Work is underway to enable France. Germany, and Spain to give access to each other to their respective criminal record databases. Tests are expected to begin before 2004 is over, and systematic information exchanges on offenders between the three countries will start next year. A joint working group was established by the three countries at the start of 2003 to provide solutions for any technical or legal difficulties that this initiative may entail. Press statements by the French and Spanish justice ministries stressed that the working group is responsible for guaranteeing that these information exchanges are characterised bs a high level of security and confidentiality. and for developing a system that may be easily extended to other countries.
The initiative was presented in Brussels on 19 July 2004. during a joint press conference by the Justice Ministers of the three countries. Juan Fernando Lopez Aguilar for Spain, Dominique Perben for France and Brigitte Zypries for Germany, in which they invited the other EU member states to participate. The scope of this plan is to “ensure an improved access to the information available in the member States and to increase the effectiveness of judicial investigations”. Perben explained that “In a Europe without internal frontiers, it is indispensable that information about the authors of criminal offences should be available in the other member States”.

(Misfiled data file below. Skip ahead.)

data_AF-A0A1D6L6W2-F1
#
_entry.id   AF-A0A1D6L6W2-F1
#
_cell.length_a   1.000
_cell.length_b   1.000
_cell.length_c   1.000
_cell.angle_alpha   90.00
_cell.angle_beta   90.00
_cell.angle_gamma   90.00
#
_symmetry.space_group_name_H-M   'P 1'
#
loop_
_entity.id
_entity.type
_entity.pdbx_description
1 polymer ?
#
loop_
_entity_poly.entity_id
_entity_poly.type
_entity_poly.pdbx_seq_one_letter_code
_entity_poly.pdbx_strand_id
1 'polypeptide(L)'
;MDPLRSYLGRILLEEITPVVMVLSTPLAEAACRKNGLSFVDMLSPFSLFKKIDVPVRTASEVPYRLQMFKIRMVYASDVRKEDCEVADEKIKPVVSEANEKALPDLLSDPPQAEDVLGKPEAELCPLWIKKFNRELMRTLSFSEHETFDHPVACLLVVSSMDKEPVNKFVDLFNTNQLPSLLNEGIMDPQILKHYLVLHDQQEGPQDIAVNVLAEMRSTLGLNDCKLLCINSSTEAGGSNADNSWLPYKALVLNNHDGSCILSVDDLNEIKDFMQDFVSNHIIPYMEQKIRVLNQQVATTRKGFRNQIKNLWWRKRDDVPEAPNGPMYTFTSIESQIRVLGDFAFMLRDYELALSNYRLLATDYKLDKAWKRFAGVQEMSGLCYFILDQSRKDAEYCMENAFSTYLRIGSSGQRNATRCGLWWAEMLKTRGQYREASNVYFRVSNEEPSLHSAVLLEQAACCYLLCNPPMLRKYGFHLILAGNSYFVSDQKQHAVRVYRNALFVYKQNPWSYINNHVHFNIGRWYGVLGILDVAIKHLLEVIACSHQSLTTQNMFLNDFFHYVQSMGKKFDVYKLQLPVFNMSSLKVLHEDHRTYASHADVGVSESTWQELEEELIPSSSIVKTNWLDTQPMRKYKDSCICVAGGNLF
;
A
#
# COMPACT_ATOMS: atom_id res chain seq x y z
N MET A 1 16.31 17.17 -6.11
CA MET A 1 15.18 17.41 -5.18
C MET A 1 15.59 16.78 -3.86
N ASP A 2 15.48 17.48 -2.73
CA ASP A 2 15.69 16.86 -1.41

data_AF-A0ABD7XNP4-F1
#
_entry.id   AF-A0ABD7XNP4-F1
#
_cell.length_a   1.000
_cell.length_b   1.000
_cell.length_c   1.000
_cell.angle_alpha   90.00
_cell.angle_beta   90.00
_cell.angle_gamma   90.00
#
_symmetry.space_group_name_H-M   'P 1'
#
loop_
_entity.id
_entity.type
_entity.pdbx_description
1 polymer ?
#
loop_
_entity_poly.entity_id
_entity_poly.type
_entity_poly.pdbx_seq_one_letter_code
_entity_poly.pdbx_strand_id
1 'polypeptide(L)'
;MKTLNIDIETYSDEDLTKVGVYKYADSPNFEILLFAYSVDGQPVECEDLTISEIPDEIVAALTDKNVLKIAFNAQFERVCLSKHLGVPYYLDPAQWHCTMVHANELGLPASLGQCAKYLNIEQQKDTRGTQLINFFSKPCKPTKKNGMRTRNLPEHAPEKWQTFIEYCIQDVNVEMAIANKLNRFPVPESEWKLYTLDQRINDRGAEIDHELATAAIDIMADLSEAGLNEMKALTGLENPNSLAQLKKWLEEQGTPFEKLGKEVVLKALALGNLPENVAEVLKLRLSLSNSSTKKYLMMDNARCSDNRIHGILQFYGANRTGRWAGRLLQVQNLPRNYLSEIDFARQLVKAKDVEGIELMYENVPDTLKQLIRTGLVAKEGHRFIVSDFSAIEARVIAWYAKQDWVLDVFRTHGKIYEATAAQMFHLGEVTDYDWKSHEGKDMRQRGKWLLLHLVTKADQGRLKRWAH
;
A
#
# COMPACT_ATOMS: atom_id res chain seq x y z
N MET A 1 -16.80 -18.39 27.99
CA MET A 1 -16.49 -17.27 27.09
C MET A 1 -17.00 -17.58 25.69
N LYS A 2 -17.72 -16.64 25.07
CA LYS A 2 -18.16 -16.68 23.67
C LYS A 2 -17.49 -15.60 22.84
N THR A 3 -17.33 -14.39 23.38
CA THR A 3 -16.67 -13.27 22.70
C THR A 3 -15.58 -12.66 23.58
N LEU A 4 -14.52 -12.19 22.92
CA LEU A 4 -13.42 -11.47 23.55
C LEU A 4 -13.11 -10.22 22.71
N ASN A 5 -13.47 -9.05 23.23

Perben said that the three countries agreed to link their respective national criminal record databases electronically at the start of 2003, to establish a model which could be extended into an EU-wide system to include the criminal record databases of all the EU member states. The benefits of this approach. described as a means to replace the current system of international formal judicial requests for information and to overcome the lengthy bureaucratic procedure this entails, would be to speed up the process by creating a system of automated information exchanges, whereby judges would request information about individuals from their own national criminal record database, which would in turn transmit the request to its counterpart in another participating country from which the information is sought. Information on anyone who has ever been convicted for any criminal offence would be made available to the requesting country.
Lopez Aguilar, the Spanish Justice Minister, highlighted one of the “positive aspects” of this initiative that would allow judges to consider the aggravating circumstance of “repeat offences at an international level”, envisaged in Spain for crimes involving terrorism, the corruption of minors and drug trafficking. He also argued that the authorities must “adapt to the current social situation, in which the mobility of persons and, consequently, of crime, are no longer an exception, but rather the general rule”.
French Justice ministry press .statement, 19.7.04,
Spanish Justice ministry press statement, 19.7.04,
El Pais 20.7.04.